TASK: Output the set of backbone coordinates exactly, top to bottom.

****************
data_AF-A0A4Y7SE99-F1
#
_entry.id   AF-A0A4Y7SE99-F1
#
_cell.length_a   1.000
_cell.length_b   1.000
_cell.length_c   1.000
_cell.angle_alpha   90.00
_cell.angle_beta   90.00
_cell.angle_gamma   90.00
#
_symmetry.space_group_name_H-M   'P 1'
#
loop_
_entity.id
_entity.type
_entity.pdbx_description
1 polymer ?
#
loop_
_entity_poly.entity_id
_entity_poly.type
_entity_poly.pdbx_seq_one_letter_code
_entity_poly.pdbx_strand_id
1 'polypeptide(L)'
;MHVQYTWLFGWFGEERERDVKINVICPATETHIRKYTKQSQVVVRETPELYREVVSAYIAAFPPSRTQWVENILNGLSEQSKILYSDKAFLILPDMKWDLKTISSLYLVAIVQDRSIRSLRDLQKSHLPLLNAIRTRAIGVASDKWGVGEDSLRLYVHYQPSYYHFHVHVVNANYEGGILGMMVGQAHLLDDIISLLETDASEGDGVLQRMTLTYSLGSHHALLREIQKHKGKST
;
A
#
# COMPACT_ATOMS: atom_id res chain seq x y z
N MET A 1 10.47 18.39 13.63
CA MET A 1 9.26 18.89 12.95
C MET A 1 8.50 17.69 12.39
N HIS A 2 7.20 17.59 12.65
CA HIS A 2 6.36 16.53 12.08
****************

data_AF-A0A4Y7SE99-F1
#
_entry.id   AF-A0A4Y7SE99-F1
#
_cell.length_a   1.000
_cell.length_b   1.000
_cell.length_c   1.000
_cell.angle_alpha   90.00
_cell.angle_beta   90.00
_cell.angle_gamma   90.00
#
_symmetry.space_group_name_H-M   'P 1'
#
loop_
_entity.id
_entity.type
_entity.pdbx_description
1 polymer ?
#
loop_
_entity_poly.entity_id
_entity_poly.type
_entity_poly.pdbx_seq_one_letter_code
_entity_poly.pdbx_strand_id
1 'polypeptide(L)'
;MHVQYTWLFGWFGEERERDVKINVICPATETHIRKYTKQSQVVVRETPELYREVVSAYIAAFPPSRTQWVENILNGLSEQSKILYSDKAFLILPDMKWDLKTISSLYLVAIVQDRSIRSLRDLQKSHLPLLNAIRTRAIGVASDKWGVGEDSLRLYVHYQPSYYHFHVHVVNANYEGGILGMMVGQAHLLDDIISLLETDASEGDGVLQRMTLTYSLGSHHALLREIQKHKGKST
;
A
#
# COMPACT_ATOMS: atom_id res chain seq x y z
N MET A 1 10.47 18.39 13.63
CA MET A 1 9.26 18.89 12.95
C MET A 1 8.50 17.69 12.39
N HIS A 2 7.20 17.59 12.65
CA HIS A 2 6.36 16.53 12.08